How To Build Your Own Perfect Bug Out Bag
By Gaye Levy
For years, my bug out bag has languished in a closet, stuffed to the gills with the gear that I “thought” I might need if forced to flee my home following a disruptive event. My bag, as precious as it was, weighed over 40 pounds and the zippers were to the point of bursting. It was full of gear to cover every contingency I could think of.
How did this happen? Quite honestly, it happened gradually over a period of years. It started six years ago with my first B.O.B. That first effort included mostly the basics: fire making supplies, water purification tabs, a couple of knives, TP, a first aid kit, personal items, documents, and cash. At the time, I thought I was set. Of course I was wrong.
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I Already Have a Bug-Out Bag. Why Change?
Over the last six years, my knowledge of preparedness has grown exponentially, and with each new month, a light bulb has gone off and another piece of gear added to the pack. Clearly, it was time for a change.
Why change? My bag had become a mish mash of items, most of which I would never need. The bag was too heavy and even if it was not, in an emergency I could not get to its poorly organized contents easily.
This time I wanted to do it right. Before setting out to reconfigure my bug out bag, I set down some assumptions and goals.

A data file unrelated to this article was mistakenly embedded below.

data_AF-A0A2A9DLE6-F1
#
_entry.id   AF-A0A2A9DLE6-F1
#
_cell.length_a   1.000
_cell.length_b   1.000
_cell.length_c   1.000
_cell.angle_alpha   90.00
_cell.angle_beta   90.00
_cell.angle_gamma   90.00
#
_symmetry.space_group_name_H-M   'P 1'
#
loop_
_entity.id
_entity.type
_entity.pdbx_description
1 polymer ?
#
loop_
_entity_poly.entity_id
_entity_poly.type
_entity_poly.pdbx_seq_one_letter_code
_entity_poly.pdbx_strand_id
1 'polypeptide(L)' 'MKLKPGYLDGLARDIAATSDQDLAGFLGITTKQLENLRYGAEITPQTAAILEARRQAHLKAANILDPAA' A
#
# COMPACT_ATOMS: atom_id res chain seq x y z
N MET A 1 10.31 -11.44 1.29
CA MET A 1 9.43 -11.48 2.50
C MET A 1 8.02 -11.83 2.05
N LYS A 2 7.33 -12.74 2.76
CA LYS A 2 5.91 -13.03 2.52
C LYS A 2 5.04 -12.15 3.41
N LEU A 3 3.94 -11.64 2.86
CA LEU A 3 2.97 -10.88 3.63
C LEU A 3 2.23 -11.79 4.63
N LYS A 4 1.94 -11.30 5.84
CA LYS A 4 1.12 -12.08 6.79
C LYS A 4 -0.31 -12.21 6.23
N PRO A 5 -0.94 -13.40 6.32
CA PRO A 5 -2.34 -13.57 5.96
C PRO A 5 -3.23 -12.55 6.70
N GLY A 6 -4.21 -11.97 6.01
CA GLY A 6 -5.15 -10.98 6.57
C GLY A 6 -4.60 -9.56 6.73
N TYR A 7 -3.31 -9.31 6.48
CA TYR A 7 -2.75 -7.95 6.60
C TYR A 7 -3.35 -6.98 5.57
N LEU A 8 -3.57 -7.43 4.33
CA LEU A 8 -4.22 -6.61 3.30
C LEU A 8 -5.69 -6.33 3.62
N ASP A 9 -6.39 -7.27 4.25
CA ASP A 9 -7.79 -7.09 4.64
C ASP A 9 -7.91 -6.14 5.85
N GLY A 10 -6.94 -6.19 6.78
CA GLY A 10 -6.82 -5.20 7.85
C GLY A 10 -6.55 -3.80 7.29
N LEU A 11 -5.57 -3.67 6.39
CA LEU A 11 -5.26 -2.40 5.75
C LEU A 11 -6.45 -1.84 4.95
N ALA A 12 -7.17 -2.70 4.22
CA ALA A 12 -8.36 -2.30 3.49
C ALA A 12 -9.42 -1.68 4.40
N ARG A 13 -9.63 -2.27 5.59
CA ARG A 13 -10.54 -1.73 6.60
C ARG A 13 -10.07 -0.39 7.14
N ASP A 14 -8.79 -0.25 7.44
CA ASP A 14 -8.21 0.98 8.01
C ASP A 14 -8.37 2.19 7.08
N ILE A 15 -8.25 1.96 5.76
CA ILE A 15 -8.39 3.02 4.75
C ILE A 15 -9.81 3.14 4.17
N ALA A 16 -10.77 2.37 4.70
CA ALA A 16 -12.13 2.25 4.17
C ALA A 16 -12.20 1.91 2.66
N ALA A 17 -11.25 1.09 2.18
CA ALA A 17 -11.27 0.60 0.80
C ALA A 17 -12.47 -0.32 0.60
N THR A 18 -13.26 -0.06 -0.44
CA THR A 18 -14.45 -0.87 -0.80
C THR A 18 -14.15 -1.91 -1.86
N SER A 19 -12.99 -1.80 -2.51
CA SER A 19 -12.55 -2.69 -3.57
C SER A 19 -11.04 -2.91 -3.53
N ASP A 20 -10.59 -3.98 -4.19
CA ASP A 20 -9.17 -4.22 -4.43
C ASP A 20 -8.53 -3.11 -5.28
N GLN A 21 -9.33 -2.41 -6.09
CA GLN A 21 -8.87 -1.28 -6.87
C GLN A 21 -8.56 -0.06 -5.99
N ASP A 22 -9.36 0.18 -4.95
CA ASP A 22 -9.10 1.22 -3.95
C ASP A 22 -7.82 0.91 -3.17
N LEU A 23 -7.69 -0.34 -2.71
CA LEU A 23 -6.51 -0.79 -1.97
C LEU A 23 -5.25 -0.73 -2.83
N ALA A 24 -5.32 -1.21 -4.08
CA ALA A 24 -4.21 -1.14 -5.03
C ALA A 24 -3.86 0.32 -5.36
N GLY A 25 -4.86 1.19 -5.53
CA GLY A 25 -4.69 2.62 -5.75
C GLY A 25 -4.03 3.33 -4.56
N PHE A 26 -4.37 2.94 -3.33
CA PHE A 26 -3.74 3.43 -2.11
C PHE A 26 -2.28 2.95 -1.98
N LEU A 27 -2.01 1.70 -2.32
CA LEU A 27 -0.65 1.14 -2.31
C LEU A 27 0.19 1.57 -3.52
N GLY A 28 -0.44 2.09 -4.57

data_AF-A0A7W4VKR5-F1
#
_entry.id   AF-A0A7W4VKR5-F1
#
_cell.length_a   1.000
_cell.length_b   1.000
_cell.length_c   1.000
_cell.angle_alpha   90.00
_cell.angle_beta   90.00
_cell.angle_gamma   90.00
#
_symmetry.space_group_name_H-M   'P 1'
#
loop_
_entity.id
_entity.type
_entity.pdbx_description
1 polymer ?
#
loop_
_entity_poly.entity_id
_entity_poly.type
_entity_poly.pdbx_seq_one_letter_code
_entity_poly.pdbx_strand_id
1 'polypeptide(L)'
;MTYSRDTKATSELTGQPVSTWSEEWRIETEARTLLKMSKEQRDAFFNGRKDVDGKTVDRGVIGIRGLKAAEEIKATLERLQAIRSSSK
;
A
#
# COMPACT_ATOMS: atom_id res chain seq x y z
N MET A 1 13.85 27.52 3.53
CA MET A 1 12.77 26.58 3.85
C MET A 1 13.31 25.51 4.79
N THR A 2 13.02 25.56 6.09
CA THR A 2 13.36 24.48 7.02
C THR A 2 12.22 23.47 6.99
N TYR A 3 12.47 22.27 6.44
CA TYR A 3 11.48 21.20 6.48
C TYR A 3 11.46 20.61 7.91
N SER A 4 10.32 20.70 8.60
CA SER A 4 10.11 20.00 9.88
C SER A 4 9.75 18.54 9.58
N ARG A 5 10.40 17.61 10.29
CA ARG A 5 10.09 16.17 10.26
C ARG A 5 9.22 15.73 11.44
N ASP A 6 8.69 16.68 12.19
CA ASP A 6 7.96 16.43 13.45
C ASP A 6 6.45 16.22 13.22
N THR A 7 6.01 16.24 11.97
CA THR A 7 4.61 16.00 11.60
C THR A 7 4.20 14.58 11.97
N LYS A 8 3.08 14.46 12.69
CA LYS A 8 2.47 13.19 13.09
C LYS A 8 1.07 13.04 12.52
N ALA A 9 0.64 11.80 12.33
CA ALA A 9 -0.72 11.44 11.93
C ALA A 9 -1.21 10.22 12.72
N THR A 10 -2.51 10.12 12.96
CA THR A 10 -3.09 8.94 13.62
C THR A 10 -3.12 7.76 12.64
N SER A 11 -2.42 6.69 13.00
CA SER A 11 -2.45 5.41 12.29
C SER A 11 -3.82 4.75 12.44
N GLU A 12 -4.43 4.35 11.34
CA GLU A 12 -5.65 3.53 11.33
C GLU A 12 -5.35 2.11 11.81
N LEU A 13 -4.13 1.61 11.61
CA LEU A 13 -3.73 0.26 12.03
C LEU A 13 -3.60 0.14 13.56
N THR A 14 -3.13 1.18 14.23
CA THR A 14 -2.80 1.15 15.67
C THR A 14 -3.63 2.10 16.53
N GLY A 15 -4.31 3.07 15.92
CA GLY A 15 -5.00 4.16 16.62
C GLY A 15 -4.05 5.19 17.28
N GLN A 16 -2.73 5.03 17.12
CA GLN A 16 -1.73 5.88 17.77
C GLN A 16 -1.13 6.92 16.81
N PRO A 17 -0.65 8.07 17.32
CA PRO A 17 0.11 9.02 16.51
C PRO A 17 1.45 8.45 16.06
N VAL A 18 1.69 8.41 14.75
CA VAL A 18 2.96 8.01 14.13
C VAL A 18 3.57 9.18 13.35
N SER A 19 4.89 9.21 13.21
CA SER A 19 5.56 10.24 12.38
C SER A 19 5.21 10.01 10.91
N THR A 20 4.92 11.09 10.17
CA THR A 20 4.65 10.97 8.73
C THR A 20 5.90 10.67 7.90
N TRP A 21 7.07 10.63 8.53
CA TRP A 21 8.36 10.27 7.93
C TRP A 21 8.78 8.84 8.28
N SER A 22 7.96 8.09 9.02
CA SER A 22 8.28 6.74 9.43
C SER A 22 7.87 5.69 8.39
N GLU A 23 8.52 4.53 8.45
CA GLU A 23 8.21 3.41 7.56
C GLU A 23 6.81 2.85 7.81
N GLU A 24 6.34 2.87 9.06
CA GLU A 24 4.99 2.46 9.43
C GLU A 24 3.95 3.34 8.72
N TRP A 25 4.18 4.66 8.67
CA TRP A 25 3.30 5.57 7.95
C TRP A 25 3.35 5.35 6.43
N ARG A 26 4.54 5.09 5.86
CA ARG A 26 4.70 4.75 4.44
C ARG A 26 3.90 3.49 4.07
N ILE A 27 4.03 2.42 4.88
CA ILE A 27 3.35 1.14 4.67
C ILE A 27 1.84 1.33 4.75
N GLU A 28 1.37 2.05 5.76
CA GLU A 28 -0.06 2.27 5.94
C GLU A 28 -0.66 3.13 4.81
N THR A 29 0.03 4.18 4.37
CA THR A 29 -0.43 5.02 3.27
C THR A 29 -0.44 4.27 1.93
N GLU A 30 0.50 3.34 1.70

1. First and foremost, my bug out bag needed to address what I felt were the most-likely disruptive events to occur in my area. Yes, this would be a subjective risk evaluation but before continuing, I knew it had to be done lest I suffer another 40 pound behemoth backpack.
2. My B.O.B. needed to be road-worthy. It had to get me both away from home and back to home, depending on the circumstances.
3. Since my intent is to hunker down and bug in, this was not going to be a traditional survival bag. It’s contents would not need provide for my survival needs in the wilderness for days on end.
4. On the other hand, if my home became unsafe, I wanted to be able to deploy the contents of my bag while making my way to a secondary location for a few days up to a week.
5. Knowing that becoming sick or injured can prove deadly during an emergency, my primary Bug Out Bag would be supplemented by a separate First Aid Kit (FAK) that could be picked up an toted with me while carrying the B.O.B. on my back. Included in my FAK would be a large assortment of essential oils.
5 The total weight could not exceed 20 pounds.
Once I set down these ground rules, it was easy for me to empty my existing bag and start gathering the goods.
What’s Inside My All-New Bug Out Bag?
The following list represents the items that are currently in my all-new bug out bag. This is a simple list, organized by broad category, with some links if you want to investigate further.
Fire, Warmth & Shelter
Swedish Fire Steel
Cotton balls soaked in Vaseline
Mylar “Space” Blanket
2 Pocket-sized Mylar Blankets
2 Coleman Rain Ponchos
Reusable Hand-warmer Hot Pack
Hygiene & Personal
Toothbrush & Toothpaste
Toilet Paper squished flat in a Food Saver bag
30 Day Supply of Prescription Meds
No Rinse Bathing Wipes
Personal wipes (“Butt wipes”)
$500 cash in small bills
Copy of passports and other important documents
A Quality Pack Builds the Foundation
Something that did not change is the pack itself. To this day, I really believe in the Rothco Medium Transport Bag. It has plenty of pockets to organize your stuff as well as straps to keep it secure. There is room for a water bladder (although I did not use one) as well as plenty of MOLLE for adding pouches of additional items to the exterior.